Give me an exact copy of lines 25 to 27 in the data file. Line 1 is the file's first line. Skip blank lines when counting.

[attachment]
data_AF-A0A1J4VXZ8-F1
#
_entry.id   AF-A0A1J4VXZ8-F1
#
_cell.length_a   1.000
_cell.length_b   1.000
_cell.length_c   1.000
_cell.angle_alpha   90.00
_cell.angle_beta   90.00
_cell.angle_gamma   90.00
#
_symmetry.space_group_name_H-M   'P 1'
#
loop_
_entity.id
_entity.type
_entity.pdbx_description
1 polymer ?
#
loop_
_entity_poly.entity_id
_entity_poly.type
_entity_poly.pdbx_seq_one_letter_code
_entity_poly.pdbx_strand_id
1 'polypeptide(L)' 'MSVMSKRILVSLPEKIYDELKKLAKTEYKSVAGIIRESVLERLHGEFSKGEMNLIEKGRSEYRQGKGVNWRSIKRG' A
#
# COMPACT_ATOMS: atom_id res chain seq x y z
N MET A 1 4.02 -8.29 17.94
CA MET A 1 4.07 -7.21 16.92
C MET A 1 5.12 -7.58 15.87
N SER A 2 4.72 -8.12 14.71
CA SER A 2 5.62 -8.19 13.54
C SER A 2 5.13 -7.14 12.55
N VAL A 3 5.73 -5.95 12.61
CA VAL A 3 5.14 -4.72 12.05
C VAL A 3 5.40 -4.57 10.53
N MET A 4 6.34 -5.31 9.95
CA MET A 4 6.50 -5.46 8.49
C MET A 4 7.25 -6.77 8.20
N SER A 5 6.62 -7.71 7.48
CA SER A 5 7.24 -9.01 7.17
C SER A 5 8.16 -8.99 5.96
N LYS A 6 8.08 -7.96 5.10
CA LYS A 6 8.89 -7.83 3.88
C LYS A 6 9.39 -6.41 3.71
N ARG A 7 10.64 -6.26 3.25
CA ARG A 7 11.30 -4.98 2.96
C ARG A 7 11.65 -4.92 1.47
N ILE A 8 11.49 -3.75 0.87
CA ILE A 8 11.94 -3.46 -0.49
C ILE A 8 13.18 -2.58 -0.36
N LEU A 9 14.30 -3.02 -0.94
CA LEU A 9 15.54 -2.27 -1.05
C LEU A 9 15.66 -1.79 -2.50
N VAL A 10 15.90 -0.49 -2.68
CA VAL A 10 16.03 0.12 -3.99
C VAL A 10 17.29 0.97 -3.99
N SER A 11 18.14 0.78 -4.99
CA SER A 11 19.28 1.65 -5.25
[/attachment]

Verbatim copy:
1 'polypeptide(L)' 'MSVMSKRILVSLPEKIYDELKKLAKTEYKSVAGIIRESVLERLHGEFSKGEMNLIEKGRSEYRQGKGVNWRSIKRG' A
#
# COMPACT_ATOMS: atom_id res chain seq x y z